Published on: October 29, 2014by Kate McMahon
You can run, but you can’t hide, from Pumpkin Spice. It’s peak season for the sweet cinnamon- sugar-nutmeg flavor/scent that has infiltrated scores of products and is the talk of Twitter and late-night comedians.
It even has a hashtag: #pumpkinization.
You can credit, or blame, Starbucks for this seasonal obsession, which began with the October 2004 launch of its now iconic Pumpkin Spice Latte. Sales increased 11% the following month, and Starbucks baristas have since whipped up more than 200 million servings of the frothy treat. Cementing its celebrity status, TheRealPSL debuted on Twitter in August and now has 95,000 followers.
On grocery shelves this month, you will find pumpkin spice or pumpkin flavor in such classic products as Pepperidge Milano cookies, Thomas’ bagels, Oreo cookies, Kraft’s Jell-O, Pillsbury Grands, Quaker Instant Oatmeal, M&Ms, Welch’s juice, Pop Tarts, Jif Whips and Chobani Yogurt. (You need to read the ingredient list to determine if there is indeed pumpkin, or pumpkin spice, in all of these products).
On the beverage front, Dunkin’ Donuts has a Pumpkin Spice coffee, McDonalds sells a Pumpkin Spice Latte and a 670-calorie Pumpkin Shake, and Coffee Mate peddles a Pumpkin Spice creamer.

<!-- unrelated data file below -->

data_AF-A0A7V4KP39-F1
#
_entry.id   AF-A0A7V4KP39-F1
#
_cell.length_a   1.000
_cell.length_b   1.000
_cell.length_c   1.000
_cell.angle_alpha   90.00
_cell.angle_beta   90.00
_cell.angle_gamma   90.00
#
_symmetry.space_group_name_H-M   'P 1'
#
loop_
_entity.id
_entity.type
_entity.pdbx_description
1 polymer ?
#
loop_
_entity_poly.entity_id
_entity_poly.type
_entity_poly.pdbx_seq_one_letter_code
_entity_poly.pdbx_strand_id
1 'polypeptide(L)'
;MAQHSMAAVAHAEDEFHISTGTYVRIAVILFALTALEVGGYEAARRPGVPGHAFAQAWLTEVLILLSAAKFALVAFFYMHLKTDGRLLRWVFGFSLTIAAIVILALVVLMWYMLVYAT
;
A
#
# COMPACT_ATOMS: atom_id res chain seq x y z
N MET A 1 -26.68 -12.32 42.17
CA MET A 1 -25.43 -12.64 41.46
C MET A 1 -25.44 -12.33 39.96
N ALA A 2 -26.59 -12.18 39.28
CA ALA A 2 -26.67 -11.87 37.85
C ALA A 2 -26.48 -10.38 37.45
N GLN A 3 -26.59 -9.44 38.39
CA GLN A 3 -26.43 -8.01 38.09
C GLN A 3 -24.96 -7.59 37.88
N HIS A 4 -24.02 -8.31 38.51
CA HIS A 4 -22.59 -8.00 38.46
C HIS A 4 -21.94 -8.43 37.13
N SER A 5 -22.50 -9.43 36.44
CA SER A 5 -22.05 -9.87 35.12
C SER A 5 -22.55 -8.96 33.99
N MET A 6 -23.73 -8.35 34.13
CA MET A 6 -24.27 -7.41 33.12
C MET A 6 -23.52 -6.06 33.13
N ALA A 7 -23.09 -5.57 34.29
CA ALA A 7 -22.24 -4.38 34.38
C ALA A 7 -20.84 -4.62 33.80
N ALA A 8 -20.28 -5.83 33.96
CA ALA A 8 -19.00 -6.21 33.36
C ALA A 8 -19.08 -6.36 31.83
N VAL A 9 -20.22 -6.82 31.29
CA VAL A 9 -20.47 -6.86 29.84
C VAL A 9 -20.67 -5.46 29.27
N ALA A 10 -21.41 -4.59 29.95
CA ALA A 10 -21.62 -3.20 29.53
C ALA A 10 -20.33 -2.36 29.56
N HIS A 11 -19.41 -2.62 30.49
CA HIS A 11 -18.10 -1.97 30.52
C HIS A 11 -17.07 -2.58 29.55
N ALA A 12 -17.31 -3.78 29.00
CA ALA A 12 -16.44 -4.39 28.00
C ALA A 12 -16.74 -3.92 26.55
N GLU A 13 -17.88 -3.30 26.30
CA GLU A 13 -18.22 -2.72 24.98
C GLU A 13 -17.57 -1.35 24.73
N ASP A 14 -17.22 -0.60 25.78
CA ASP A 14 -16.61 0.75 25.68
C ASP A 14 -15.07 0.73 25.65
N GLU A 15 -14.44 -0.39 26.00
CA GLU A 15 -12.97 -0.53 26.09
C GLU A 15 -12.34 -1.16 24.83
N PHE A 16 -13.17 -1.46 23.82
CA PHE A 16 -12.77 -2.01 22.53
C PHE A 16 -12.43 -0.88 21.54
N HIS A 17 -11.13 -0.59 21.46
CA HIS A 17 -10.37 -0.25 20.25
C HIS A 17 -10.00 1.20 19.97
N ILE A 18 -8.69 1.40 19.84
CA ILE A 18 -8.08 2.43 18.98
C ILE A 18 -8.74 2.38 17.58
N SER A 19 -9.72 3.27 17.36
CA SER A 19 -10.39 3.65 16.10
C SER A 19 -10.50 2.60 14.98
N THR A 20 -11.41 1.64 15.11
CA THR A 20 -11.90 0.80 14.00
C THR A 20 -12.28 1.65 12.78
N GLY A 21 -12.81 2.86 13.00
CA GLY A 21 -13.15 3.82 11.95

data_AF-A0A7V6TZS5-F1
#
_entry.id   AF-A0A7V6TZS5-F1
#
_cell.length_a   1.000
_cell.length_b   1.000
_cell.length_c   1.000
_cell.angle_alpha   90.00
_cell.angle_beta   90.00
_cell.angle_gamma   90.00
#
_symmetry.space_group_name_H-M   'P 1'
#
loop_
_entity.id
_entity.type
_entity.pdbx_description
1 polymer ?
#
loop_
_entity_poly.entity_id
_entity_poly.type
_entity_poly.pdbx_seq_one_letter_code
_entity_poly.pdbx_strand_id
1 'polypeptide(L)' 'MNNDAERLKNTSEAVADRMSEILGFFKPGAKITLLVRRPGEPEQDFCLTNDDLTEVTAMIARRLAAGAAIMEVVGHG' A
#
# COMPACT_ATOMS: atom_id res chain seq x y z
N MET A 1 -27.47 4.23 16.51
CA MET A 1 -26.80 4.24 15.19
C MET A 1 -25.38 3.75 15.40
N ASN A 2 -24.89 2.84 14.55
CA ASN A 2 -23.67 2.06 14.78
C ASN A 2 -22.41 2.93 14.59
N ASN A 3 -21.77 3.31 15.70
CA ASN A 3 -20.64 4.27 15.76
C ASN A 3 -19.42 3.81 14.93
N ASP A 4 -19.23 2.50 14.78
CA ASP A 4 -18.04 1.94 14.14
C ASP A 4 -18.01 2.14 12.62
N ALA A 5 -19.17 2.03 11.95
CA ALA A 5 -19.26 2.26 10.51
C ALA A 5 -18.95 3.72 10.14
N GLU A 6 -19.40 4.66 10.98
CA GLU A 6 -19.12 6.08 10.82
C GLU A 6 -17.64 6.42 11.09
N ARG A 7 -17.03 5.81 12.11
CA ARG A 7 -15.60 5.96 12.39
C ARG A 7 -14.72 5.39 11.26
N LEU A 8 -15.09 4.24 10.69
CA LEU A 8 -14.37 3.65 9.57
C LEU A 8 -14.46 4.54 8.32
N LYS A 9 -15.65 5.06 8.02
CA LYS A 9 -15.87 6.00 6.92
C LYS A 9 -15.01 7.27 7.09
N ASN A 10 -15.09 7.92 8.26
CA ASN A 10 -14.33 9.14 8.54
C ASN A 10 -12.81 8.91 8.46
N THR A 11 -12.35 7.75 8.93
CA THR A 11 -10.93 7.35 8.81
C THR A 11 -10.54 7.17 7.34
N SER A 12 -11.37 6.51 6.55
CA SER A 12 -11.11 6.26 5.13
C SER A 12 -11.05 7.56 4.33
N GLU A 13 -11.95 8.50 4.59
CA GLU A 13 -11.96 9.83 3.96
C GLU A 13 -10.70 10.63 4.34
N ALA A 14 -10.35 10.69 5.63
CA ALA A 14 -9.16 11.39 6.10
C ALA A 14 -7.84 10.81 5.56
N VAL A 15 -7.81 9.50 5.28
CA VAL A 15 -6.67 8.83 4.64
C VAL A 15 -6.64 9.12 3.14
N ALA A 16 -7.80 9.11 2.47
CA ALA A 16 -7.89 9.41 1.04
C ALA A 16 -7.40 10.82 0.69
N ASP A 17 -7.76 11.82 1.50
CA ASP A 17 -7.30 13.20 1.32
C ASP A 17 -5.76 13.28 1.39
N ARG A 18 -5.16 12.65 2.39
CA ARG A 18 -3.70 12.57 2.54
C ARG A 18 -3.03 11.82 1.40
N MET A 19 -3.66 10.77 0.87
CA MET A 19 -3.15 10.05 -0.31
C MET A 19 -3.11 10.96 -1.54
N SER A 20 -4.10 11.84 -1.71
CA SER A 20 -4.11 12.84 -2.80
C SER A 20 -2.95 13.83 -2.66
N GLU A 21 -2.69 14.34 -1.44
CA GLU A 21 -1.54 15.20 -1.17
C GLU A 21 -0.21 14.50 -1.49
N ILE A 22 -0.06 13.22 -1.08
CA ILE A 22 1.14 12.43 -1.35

There are at least two pumpkin spice vodkas, but the real action is in the beer aisle. Sales of pumpkin flavored beers have grown by more than 1,500 per cent in the last 10 years, and the number of brands has jumped from two in 2000 to 65 last year. (The segment leader continues to be Blue Moon Pumpkin Ale, with roughly 65% of the market.)
But the hands-down leader in retail pumpkin-mania has to be Trader Joe’s, which is showcasing more than 60 products ranging from private label pumpkin croutons to dog biscuits and Pumpkin O cereal.
Which begs the question – when will American consumers max out on all things pumpkin spice?
The answer is now, if you watch the Pumpkin Spice Pro and Con list by Jimmy Fallon, the YouTube clip by John Oliver or the “rant” by Jimmy Kimmel, who wondered aloud when the Pumpkin Spice iPhone 6 would debut.
But many trend prognosticators and taste experts quoted in mainstream media believe that prevalence of pumpkin and pumpkin spice is here to stay, as it evokes nostalgia about the fall season and the holidays and the flavor is appealing to all age groups.
I would have to disagree. I think adding pumpkin spice and whipped cream to a latte, at 380 calories and 40% of your recommended daily saturated fat allowance per serving, is a pricey way to ruin a good cup of coffee. I tried pumpkin flavored beer and couldn’t get past the first sip. I believe introducing pumpkin spice flavored dog chews, beef jerky and even Oreos is a waste of design, manufacturing and marketing budgets for a seasonal fad. Do we really need a pumpkin spice Milano or M&Ms? The time and money would be better spent on creating tasty, healthier year-round offerings.
I’m with Jimmy Fallon who said that while the Pumpkin Spice Latte may make Starbucks smell like a bakery, the down side is “it makes your breath smell like you ate a Yankee Candle.”
Comments? As always, send them to me at firstname.lastname@example.org .
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